I am not sure if this post ought to be called A Guide on Gauge or Gauge Guiding. In either case, I have become a huge fan of knitting up gauges! To the uninformed, the process of taking time to work up a gauge might seem like an unnecessary and/or optional step in working up a hand knit.
There is one reliable way to get that hand knitted garment that you’ve been slaving over or about to slave over to fit the way you want each and every time. And, that way is to TAKE TIME TO WORK UP A GAUGE. I know of no other way to gain knowledge in how your garment is going to fit except for this. Gauge simply means to knit up a swatch or a little square knitted piece of fabric in the stitch or color work that consumes most of your sweater. Seems simple enough and the directions always state that a knitter ought to start with this step, first! However, and under very understandable circumstances, you are so excited to begin the project itself, this task seems tedious. Let me tell you, it becomes a whole lot MORE tedious when you knit that swatch and it does not measure what it should. Normally a swatch measures 4 in. x 4 in. (10cm. x 10cm.) with the specific number of stitches and specific number of rows given in the directions.
I remember in the early years of knitting, I would read that step, even though in every pattern it is written in capital letters (as above), I would ignore. And, I can sit here and remember exactly how many sweaters fit exactly the way I wanted back in the day. Very few to none. Many mistakes later, I now am fully committed to this step.
So, I’m currently working up gauges (notice the plural form) for this lovely project I call March of the Elephants designed by Martin Storey for hubby, photographer who is long overdue for a hand knit. Isn’t he gorgeous…. yes, I am meaning the sweater! Can you imagine taking the time to knit this beauty only to give it away and that person saying “hmmm… love it but…”Somehow, when I knit for another, I am even MORE committed in making sure the finished project fits as I am fully aware of the excitement any beautiful, new garment is in a wardrobe and the anticipation and imagination of when and where it might be worn.
TIPS ON KNITTING GAUGE(S):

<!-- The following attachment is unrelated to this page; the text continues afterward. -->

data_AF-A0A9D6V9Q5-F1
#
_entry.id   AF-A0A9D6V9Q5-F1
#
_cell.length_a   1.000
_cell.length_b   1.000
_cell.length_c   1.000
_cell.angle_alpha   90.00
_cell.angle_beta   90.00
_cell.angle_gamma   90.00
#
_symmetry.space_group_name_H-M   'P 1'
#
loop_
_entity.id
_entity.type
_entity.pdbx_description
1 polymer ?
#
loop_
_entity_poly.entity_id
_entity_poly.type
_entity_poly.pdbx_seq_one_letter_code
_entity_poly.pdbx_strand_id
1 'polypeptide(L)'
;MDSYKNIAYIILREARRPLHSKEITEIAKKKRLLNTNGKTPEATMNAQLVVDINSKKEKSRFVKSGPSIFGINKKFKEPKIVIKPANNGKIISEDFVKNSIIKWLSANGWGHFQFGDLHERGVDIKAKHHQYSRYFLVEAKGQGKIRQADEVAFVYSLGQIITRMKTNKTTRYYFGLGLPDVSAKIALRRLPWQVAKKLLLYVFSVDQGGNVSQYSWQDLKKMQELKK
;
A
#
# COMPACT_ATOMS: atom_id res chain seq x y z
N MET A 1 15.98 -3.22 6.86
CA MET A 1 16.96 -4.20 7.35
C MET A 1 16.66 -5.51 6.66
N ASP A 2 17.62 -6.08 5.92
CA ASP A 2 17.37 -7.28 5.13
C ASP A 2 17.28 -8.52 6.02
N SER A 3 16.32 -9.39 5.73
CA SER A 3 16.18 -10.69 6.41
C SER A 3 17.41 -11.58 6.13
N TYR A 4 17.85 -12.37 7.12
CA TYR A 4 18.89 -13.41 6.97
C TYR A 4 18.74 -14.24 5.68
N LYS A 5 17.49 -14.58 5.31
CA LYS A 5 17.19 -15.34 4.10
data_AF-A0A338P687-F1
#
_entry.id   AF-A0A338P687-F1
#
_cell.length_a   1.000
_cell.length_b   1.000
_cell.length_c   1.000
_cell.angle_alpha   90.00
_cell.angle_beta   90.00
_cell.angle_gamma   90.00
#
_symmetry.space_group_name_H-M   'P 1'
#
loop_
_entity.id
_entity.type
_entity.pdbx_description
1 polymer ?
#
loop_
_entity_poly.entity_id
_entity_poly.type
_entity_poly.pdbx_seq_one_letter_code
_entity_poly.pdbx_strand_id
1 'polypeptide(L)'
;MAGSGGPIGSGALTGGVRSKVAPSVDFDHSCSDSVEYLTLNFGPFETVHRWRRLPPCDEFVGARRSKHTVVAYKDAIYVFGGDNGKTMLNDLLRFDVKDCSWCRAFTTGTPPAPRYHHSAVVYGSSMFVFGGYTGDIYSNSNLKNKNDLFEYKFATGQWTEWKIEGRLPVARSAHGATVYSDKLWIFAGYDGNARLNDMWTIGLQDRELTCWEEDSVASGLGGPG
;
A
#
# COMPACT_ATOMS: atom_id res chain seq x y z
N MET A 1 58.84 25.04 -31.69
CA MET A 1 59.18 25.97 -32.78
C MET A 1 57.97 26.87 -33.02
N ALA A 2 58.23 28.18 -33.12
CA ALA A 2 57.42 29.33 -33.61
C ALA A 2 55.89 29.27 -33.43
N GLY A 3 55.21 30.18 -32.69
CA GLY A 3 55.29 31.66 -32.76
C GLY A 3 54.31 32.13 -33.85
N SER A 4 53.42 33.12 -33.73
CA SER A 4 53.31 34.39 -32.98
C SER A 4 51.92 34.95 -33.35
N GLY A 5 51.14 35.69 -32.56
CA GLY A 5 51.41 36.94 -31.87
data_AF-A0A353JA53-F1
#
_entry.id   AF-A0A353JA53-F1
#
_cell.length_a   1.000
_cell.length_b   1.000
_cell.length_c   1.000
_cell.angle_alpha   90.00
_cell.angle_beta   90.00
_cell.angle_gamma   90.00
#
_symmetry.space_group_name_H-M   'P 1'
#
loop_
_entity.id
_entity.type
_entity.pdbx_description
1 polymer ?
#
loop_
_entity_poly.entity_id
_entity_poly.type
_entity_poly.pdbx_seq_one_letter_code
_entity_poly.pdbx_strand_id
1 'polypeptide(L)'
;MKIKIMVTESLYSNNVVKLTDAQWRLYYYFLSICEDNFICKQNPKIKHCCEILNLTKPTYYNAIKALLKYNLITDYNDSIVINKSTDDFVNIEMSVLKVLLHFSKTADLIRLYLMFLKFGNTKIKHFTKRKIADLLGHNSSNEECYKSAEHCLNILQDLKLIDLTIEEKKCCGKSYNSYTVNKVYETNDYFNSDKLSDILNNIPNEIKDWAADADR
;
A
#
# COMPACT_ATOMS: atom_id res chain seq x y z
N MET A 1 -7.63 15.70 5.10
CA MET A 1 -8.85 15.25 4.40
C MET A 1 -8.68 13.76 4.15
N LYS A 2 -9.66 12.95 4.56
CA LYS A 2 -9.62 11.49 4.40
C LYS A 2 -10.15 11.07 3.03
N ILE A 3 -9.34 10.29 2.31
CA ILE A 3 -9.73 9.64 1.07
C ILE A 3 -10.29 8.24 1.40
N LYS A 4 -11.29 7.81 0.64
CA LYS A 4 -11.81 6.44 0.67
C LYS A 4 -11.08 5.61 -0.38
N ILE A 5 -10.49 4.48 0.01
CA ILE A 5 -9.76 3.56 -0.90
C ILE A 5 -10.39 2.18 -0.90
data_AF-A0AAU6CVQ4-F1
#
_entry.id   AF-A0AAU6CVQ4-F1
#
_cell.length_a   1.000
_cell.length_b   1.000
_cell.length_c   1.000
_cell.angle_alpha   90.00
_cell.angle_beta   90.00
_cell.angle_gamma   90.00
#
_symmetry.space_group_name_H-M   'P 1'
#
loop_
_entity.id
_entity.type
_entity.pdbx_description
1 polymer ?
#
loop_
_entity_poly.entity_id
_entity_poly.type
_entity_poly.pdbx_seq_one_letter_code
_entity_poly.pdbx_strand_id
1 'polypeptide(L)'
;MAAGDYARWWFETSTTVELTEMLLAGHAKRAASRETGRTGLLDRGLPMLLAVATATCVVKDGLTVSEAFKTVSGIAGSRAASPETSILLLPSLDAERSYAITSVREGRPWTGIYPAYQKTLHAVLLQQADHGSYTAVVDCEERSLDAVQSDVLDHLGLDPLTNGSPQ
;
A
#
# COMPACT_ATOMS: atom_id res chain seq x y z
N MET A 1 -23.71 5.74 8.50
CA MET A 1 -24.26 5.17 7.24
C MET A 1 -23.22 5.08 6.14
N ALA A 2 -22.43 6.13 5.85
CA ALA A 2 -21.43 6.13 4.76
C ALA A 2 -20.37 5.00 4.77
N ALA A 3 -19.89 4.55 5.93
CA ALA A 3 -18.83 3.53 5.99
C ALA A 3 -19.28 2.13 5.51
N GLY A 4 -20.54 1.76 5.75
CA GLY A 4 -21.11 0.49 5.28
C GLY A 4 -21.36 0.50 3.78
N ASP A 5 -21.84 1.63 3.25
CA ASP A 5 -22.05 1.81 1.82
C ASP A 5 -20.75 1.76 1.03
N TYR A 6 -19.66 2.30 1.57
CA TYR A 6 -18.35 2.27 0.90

1. ACCURACY : Knitting a larger swatch gives you more accuracy. Many knitting experts say the gauge ought to measure 8in. x 8in. (20cm. x 20cm.) Finishing School a Master Class for Knitters by Deborah Newton speaks to this end. Rule of thumb is for more stitches to the inch, choose a smaller needle size than required. For fewer stitches to the inch, choose a larger one.
2. ORGANIZATION: Starting with the recommended needle size, keep the completed gauge on the needle. That way you will be able to remember which gauge was done with what size needle and can continue to knit onto it if needed.
3. WASTE NOT: Do not worry about the yarn amounts you might use up in gauge work as they can easy be ripped out and the yarn and can be used in your project.
4. AWARENESS: Think about what you’re knitting! Remember, you are in full control and literally creating the fabric for your garment. Compare those finished gauges because you might like the tightness or looseness of one gauge over the other. The ‘math’ or number of stitches per inch/number of rows per inch can always be altered if you prefer a gauge that is of a different needle size than what was recommended. This is the beautiful part of creating from scratch. You are the master of your own creation!
5. CONFIDENCE BUILDING: I feel much more confident and fully in command of my project when I know exactly how many stitches and rows to the inch I am getting. I will know exactly the length and width of every section of my project. Then, I am confident that the time I am taking to knit this masterpiece will fit the recipient the way he/she wants.
6. PREPAREDNESS: My tape measure is by my side at all times. I check my gauge regularly throughout the knitting process.
Please keep in mind there is a certain science on the topic of gauge. This is simply a plea for the reader to understand the importance of realizing taking time to check YOUR gauge will indeed make the difference between fit success and fit failure of your project.